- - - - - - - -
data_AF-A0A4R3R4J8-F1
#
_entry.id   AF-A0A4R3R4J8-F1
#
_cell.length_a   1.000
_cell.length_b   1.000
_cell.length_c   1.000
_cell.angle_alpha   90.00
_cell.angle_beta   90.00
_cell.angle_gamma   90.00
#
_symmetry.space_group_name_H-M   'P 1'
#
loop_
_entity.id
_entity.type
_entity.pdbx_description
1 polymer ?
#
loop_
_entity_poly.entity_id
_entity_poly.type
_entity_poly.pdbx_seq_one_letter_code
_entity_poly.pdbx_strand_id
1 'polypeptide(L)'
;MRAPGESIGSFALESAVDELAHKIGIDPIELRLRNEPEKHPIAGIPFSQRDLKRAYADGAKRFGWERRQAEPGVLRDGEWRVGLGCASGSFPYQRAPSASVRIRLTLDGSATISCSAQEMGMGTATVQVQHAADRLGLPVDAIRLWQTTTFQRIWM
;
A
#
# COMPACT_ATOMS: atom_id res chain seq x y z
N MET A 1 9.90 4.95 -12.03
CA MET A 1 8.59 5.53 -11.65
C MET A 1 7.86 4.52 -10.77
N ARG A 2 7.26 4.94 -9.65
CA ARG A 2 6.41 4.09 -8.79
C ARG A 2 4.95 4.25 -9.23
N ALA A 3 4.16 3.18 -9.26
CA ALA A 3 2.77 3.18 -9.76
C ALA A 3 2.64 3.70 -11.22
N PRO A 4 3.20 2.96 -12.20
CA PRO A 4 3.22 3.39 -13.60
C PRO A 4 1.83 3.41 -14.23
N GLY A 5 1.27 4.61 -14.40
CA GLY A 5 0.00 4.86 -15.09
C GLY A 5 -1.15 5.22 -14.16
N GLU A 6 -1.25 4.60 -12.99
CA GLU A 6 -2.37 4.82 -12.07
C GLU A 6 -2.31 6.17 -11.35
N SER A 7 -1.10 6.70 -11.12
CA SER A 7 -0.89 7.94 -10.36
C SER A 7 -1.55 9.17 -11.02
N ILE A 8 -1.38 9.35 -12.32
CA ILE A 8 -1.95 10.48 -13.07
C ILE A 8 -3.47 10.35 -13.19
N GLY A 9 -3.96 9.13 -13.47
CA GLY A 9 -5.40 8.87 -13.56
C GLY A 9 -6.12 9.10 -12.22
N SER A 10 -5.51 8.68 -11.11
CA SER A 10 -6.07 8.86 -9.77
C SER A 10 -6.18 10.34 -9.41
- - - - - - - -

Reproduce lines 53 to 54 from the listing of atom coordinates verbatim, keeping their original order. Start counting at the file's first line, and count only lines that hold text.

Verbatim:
CA ILE A 8 -1.95 10.48 -13.07
C ILE A 8 -3.47 10.35 -13.19